Roy smiled at Johnny, who also was amused. They’d seen Chet talk to their station canine mascot plenty of times, but hadn’t expected him to get in a verbal altercation with Shadow.  Not this soon into the trip anyway.


“Gage, tell your dog to move it.”


Another eye roll and the paramedic leaned in and pointed toward the other side of the seat. “Shadow, over there.” When the pup didn’t budge, he stated firmly, “Shadow, move.”


The dog reluctantly got to his feet and walked across the seat where he sat just past halfway.


“Climb in, he’ll move again.”


Chet gave Johnny a wary look, then did as he suggested, giving an annoyed glance at the fishing rods he had to duck under to get in. “It just doesn’t get any better than this,” he mumbled.


Once Chet was set, Roy returned the seat back to its upright position, and he and Johnny climbed in.


“All right, let’s blow this popsicle stand,” Johnny said as he turned the key in the ignition. He pulled out of the parking space and headed for the street when a low growl sounded from behind Roy, followed by one behind him. Johnny stopped the Land Rover, put it in ‘park’ and turned in his seat, an amazed look on his face. “Did you just growl at the dog?”


“Yeah, but in my defense, he growled at me first.”


“Well, what’dya do to ‘im?”


“Tried to scoot him over a little. That’s all.”


“Chet--” Johnny cut himself off, after all it wasn’t entirely the curly-haired fireman’s fault. Shadow was being stubborn. He let out a brief sigh. “Just tell me this. You two gonna keep this up the whole way there?”


“That depends on him,” Chet said, indicating Shadow, who once again let out a small growl. 


Johnny turned his attention to Roy, an apologetic look on his face. “Maybe I was a little off in my judgment.” He cocked an eyebrow as if in question.




Several blocks from Chet’s apartment, Johnny glanced in the rearview mirror. “You okay back there?”




“Good deal.” He then glanced at his passenger beside him. “See? I told you it’d all work out.”


Chet looked over his shoulder at Roy. “Wait till his mutt cops an attitude. You’ll be singin’ a different tune.”


Roy just wondered if Chet and Shadow would really work out their differences in the three days together, or if he’d be riding in the backseat on the return trip as well. 




Well over two and a half hours into their trip, a conversation between the three men was interrupted by the whining of their canine companion.


“What’sa matter, boy?” Johnny asked as he glanced in the rearview mirror.


“You talking to me or him?” Roy wondered. “Because if you’re talking to me, I don’t wanna become a dog’s relief post back here.”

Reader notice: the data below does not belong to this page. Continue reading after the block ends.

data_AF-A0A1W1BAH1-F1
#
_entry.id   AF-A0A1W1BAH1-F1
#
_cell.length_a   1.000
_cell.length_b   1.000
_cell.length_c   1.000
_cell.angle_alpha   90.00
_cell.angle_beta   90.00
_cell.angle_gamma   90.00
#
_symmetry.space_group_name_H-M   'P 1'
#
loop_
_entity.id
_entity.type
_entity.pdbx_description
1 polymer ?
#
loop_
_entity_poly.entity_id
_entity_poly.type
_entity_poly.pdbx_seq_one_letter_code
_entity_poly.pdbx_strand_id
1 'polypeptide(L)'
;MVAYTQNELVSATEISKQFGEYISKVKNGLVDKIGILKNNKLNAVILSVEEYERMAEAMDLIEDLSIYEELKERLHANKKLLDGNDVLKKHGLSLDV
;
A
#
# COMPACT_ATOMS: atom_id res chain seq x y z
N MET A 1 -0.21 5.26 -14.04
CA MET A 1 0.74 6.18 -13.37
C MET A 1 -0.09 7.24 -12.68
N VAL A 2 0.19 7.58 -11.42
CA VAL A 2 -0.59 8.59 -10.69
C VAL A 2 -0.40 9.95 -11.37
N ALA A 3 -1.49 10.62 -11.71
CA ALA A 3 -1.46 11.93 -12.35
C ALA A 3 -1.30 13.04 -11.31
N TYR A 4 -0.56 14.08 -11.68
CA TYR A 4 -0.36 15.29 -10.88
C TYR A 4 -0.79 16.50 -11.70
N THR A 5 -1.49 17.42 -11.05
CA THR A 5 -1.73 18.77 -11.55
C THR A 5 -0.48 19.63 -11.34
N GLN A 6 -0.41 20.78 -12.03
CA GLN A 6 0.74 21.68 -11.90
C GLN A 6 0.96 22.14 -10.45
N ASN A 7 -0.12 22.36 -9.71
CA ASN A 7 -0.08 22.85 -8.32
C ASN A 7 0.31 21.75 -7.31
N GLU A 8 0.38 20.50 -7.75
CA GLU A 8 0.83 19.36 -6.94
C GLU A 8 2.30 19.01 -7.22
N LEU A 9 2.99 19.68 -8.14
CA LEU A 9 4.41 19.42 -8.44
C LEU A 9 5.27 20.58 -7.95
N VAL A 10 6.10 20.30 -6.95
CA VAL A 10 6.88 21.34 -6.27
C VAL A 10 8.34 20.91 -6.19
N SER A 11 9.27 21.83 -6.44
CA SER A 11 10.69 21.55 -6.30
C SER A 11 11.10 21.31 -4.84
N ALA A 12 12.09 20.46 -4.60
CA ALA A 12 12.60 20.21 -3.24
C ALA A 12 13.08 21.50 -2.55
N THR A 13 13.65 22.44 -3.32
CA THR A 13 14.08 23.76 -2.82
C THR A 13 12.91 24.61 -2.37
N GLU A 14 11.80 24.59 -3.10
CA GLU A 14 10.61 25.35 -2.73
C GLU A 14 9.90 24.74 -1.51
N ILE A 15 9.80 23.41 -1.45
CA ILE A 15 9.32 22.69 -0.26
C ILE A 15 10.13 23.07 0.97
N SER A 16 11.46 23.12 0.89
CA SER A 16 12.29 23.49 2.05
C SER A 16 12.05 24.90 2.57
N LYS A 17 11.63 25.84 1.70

“Okay, okay, I’ll pull over. There’s a gas station up ahead on the right. It’ll give us all a chance to get out and stretch our legs while I top off the tank.”


“I think it’s more like your mutt needs to lift his,” Chet reminded.


Johnny shot him a quick glance, then sighed. It’s gonna be a loooong three days. . .




Chet leaned against the Land Rover and folded his arms across his chest. Johnny had finished refueling the vehicle and parked it near the corner of the station before heading to the men’s room for a much needed nature break of his own. Having already taken their turns, Roy and Chet were now keeping an eye on Shadow for their friend.


Chet shook his head as he watched the dog make another pass over the same ground and weeds in search of a place to relieve himself just to the edge of the pavement.


“He must not’ve had to go too bad if he hasn’t done anything yet.”


“You’d be surprised.”


“Well, in the time it’s taken one of him to look for a place to go, two and a half of us‘ve already gone!”


“Two and a half?”


“Well,” Chet shrugged. “Johnny’s in there now. . .so. . .”


Roy just nodded, a slight grin on his face.


Both men looked up as Gage came around the corner of the building at the other end.


“Your dog won’t go.”


The dark-haired paramedic looked at Shadow, who was finally cocking his leg over a weed nearby.


“He’s goin’. What’re ya talkin’ about, Chet?”


“Yeah. . . now he is.”


Johnny walked to the rear of the Rover. As he opened the door, he commented, “it just takes dogs longer; they gotta find that perfect spot. You remember Boot had his one place at the station he always went to out back.”


Chet shifted his gaze to Shadow again and his eyes widened. The small dog still had a steady stream going.